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(Jacek Chabraszewski/iStockphoto)
(Jacek Chabraszewski/iStockphoto)

Failing Boys: Part 3 of 6

Part 3: Are we medicating a disorder or treating boyhood as a disease? Add to ...

A study of three Ontario school boards in 2000, which Dr. Roberts co-authored, suggests ADHD diagnoses and drug use can vary wildly. At the East York Board of Education, the proportion of kindergarten to Grade 6 children taking drugs after an ADHD diagnosis was 13 per cent - boys nearly three times more than girls. At the Metropolitan Toronto Separate School Board it was three per cent and girls and boys had nearly equal drug use. At the more rural, eastern Ontario Hastings County Board of Education, it was 43 per cent of children with ADHD who were medicated, and boys seven times more than girls. The survey, published in the Pediatric Journal of Child Health, also found that 27 per cent of boys with ADHD were medicated for the condition compared to five per cent of girls.

Other reasons cited for the increase in ADHD medications, include their illicit use among college and university students who treat the stimulants like brain steroids to improve their studies.

Part of the drug increase is thought to reflect the fact that new and longer-lasting ADHD medications have hit the market. It may be, says Mr. Floyd at CMHO, that those who didn't tolerate the older drugs have signed up for the next generation - which are also more costly than the last. IMS statistics show spending on ADHD drugs surged 104 per cent - from $122-million in 2005, to $249-million in 2009.

Any time new medicines become available, drug companies facing more competition ramp up their marketing efforts, he says. This includes dispatching legions of drug representatives to doctors' offices to promote their use - "So their drug is top of mind for the doctor when kids come in."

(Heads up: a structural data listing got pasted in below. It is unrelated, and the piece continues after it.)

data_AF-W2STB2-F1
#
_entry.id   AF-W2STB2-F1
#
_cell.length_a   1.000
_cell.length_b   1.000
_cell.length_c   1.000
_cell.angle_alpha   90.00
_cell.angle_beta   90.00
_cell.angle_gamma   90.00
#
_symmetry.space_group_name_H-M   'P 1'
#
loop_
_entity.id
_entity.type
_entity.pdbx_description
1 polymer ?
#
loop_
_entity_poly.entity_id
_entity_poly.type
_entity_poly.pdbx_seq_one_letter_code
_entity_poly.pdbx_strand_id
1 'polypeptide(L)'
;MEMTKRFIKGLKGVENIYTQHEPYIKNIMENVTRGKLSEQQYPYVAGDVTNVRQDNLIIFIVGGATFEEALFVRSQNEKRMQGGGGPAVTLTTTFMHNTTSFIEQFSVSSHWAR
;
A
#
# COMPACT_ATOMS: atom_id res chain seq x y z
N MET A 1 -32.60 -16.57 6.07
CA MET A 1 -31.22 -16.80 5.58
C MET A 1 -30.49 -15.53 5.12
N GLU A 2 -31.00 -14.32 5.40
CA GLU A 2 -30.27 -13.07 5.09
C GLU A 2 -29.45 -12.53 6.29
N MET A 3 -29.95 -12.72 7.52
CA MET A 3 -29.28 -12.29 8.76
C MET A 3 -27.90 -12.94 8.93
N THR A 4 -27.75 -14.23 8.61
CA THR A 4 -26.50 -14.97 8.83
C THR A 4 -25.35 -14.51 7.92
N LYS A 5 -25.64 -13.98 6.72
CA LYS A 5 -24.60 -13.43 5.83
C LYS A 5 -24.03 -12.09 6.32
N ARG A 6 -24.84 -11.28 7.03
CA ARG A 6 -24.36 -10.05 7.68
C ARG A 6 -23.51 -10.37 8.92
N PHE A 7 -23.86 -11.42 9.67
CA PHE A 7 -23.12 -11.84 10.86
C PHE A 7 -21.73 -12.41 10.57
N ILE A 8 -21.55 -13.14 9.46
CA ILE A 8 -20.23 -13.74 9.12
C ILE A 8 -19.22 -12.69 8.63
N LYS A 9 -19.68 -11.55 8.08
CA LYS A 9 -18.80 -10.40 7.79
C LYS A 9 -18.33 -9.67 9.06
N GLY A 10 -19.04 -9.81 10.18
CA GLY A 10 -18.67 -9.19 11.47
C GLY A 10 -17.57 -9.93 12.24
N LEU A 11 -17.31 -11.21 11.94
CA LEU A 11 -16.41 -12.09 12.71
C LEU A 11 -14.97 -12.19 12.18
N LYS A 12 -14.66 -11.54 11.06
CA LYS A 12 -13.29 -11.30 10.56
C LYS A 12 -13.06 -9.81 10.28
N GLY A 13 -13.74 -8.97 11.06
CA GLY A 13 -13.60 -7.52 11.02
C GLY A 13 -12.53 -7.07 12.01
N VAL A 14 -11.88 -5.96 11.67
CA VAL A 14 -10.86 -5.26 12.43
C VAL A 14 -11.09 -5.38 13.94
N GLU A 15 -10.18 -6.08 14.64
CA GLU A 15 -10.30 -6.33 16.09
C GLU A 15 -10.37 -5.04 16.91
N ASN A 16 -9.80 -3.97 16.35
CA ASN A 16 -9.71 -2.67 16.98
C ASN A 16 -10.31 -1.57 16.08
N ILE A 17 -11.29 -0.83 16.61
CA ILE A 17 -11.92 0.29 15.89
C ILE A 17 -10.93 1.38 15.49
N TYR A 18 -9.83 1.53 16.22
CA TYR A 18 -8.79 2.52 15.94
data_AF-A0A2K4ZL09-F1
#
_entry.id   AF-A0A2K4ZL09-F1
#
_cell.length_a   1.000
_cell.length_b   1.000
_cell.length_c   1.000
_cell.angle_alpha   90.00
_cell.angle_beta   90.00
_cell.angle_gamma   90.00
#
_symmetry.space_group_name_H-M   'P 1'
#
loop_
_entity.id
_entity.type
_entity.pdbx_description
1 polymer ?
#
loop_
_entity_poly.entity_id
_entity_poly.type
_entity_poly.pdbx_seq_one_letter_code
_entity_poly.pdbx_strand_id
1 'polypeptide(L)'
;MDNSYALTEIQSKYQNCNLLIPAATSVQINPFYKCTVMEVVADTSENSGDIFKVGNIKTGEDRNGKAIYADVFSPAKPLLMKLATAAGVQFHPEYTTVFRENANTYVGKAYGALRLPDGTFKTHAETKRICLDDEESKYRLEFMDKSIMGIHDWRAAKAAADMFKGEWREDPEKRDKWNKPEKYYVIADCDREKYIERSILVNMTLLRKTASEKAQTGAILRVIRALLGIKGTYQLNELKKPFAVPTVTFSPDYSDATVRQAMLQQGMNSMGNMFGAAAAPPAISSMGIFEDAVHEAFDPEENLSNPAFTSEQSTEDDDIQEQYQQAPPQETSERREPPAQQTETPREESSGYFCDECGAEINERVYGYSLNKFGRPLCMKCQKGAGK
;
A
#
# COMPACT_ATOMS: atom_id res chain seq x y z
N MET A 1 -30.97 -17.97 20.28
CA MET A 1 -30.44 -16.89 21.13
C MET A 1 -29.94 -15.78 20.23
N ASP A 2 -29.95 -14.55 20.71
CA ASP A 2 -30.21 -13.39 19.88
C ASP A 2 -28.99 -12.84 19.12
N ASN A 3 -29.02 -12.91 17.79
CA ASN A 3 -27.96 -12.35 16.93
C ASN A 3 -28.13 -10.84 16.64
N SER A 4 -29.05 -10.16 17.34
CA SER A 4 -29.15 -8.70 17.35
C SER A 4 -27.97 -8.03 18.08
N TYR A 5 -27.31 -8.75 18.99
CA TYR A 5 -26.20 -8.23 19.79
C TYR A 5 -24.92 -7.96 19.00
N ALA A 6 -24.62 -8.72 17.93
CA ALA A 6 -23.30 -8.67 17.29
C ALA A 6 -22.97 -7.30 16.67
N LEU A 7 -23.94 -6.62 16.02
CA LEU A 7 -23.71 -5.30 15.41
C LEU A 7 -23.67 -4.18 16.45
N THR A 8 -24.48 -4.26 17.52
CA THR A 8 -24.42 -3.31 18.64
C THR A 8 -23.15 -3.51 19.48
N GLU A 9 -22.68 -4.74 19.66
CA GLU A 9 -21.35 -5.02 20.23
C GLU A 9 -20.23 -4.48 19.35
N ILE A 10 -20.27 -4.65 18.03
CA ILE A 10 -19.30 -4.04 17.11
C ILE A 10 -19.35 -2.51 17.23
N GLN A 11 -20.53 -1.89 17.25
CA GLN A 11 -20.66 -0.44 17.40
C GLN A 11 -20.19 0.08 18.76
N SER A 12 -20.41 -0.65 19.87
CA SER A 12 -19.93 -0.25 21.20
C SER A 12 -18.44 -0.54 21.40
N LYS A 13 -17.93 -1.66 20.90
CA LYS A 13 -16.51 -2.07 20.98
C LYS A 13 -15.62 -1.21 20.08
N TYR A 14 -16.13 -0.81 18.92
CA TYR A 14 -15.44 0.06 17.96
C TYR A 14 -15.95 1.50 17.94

Drugs to treat ADHD, with common side effects that include insomnia and headaches, have been better studied than most psychiatric medications used in children. But questions linger about their long term safety - a U.S. study last year suggested that Ritalin, or methylphenidate, could have unknown consequences on crucial brain systems. As well, Health Canada, and later, the U.S. Food and Drug Administration, warned a few years ago that the stimulant drugs may be dangerous for those with underlying heart problems - and those who do not actually have ADHD.

Mr. Floyd feels counselling stands a better chance of getting to the root of problem with children, rather than using drugs for years to dull symptoms. Research shows, he says, that talk therapy can be very successful for kids with ADHD.

But with wait times of six months or more in Ontario for behavioural therapies for children, many don't wait. "There's a desire for quick fix….the idea that "oh, we'll fix this with a pill' rather than spend a few months in counselling is pretty appealing."

As well, he notes, "the kid with ADHD is going to be bumped to the back of the line…ADHD doesn't stack up against a kid who is suicidal."

In the meantime, general practitioners with little training in the disorder will prescribe drugs for ADHD and not even make a referral for counselling, he says, because of the wait times - "So a kid might get a drug and nothing else."

In Ontario, the numbers of children coming through provincially funded mental health services and assessed as having ADHD remain fairly stable, says Mr. Floyd. But kids seeking help elsewhere seem more likely to be diagnosed and to receive drugs. "When we see a high energy youngster, we jump to put the label on. An assessment would look much deeper."

With files from Celia Donnelly

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